Event Date: 13 March 2014
The Value of Eating
Professor Annemarie Mol (Amsterdam) – Physio-moral accounts – Eating pleasures and destructions
Eating is not just factual, it is also valuable. But how to value eating? There are many modes for doing so and in this presentation I will compare and contrast a few of them. Hence, I will come to talk about two clashing ways to establish when as a person one has had enough to eat: by counting calories ingested or by appreciating satisfaction. And what about efficiency? Economic calculations will say that it may be efficient to feed chicken and sell them as and when this generates a profit. Calculating nutrients, by contrast, suggests that it is most likely more efficient if humans directly eat the chicken feed. And then there is the moral conundrum that eating is destructive. Consumers destroy their foods. They may destroy a lot along with it, but at the same time heirloom vegetables or rare animal breeds only thrive thanks to some people’s willingness to eat them. Physio-moralities are complex. And this will be my conclusion: amidst the tensions and complexities laid out, it is impossible not to act, but moral comfort is nowhere to be found.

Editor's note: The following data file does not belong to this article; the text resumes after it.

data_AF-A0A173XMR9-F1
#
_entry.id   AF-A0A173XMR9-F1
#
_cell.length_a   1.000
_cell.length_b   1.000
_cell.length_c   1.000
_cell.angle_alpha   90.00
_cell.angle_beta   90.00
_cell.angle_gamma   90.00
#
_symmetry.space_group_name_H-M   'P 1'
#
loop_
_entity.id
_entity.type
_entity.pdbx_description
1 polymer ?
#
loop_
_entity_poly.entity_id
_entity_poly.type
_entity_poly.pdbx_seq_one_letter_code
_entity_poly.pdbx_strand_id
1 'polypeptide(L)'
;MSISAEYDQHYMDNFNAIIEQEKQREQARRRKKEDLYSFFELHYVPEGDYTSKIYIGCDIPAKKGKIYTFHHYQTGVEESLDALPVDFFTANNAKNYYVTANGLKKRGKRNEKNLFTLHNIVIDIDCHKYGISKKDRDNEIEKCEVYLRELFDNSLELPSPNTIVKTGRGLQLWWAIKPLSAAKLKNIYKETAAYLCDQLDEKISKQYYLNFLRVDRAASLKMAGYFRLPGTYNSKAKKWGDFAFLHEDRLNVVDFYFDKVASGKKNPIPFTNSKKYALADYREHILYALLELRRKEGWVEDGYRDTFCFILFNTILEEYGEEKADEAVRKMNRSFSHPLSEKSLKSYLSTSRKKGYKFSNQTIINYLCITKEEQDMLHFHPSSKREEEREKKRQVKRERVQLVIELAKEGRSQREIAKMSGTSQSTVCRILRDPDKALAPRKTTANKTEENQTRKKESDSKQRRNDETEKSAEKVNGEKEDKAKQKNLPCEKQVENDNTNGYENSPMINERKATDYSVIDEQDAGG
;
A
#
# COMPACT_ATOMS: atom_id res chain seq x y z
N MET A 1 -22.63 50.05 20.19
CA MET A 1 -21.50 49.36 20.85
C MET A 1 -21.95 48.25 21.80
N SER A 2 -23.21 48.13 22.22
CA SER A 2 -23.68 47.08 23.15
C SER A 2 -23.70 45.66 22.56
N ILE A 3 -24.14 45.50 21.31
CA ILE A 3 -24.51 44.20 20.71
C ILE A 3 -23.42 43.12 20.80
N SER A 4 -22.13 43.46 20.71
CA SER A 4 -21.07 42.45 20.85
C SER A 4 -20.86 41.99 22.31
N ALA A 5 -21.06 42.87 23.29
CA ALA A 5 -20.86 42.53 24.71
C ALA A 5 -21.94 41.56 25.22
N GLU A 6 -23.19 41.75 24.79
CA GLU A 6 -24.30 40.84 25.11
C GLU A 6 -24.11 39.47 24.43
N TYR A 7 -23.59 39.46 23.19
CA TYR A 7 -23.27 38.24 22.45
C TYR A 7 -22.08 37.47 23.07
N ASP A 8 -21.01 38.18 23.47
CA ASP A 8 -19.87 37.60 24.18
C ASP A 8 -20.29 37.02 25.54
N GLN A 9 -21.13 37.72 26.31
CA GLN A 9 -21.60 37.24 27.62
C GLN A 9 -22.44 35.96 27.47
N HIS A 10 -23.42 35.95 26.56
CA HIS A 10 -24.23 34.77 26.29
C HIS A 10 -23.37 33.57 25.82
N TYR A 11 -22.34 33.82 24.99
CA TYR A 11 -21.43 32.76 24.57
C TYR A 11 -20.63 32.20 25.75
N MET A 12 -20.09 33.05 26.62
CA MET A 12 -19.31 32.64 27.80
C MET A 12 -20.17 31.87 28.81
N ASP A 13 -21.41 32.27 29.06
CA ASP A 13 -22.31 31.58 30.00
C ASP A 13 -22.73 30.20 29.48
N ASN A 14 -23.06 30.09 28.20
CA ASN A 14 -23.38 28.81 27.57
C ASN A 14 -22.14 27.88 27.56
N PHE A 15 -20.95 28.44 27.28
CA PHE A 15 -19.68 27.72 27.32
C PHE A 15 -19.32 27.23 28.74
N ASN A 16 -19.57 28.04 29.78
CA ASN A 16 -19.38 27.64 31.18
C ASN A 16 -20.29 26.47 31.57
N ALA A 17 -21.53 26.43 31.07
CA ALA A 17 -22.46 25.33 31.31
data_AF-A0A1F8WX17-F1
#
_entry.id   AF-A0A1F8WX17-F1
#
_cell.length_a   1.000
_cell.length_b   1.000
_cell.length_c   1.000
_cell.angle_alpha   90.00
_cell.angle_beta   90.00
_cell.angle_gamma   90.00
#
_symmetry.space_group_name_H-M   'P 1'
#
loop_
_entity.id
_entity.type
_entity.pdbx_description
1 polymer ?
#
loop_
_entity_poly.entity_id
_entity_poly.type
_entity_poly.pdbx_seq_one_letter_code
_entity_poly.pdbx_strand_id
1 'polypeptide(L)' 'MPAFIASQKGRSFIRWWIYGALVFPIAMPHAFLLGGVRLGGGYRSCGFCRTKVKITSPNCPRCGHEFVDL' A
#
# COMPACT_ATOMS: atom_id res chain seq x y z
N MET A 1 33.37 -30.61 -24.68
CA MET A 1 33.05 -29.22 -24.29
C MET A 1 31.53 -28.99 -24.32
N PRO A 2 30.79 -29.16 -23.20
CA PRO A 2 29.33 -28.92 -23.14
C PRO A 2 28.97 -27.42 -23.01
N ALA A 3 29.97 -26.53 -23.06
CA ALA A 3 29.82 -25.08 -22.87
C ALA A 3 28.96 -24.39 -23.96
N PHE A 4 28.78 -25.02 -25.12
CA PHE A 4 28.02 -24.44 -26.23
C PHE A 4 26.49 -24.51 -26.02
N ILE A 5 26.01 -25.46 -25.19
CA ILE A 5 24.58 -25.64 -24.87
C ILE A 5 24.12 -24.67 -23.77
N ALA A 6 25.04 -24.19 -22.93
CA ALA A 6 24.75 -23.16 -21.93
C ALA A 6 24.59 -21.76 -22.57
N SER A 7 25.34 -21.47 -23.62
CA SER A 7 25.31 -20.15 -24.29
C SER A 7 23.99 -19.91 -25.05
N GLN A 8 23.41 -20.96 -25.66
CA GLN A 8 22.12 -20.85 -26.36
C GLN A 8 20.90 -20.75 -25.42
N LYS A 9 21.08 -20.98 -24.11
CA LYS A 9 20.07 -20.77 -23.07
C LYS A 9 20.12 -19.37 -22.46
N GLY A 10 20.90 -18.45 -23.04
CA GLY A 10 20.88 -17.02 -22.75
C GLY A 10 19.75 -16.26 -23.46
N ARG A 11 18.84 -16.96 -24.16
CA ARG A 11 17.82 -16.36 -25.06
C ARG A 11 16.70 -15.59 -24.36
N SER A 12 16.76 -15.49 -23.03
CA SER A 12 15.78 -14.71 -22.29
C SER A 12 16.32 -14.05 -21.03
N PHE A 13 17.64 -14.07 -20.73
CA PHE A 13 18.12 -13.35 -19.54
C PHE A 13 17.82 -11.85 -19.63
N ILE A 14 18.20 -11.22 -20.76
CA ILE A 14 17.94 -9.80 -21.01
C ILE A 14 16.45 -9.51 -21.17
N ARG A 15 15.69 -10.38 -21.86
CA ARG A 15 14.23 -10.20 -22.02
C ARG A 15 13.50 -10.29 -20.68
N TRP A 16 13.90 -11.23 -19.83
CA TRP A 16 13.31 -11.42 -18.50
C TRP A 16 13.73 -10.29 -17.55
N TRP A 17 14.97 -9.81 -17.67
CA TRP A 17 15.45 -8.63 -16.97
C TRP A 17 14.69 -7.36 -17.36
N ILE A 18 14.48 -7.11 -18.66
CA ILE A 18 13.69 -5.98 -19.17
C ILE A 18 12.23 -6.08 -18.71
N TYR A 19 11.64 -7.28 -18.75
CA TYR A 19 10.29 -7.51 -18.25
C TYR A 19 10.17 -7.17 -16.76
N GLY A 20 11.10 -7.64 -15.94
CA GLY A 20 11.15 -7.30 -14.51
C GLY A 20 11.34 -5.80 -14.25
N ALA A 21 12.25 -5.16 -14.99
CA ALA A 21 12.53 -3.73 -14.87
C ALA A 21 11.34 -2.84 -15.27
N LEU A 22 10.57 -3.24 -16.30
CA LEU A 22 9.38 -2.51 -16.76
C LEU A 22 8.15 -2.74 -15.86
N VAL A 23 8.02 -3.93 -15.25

Followed by a response from Professor Philip Crang (RHUL)
Introduction by Professor Rachel Beckles Willson (RHUL):
Professor Annemarie Mol (Amsterdam):
Response from Professor Philip Crang (RHUL):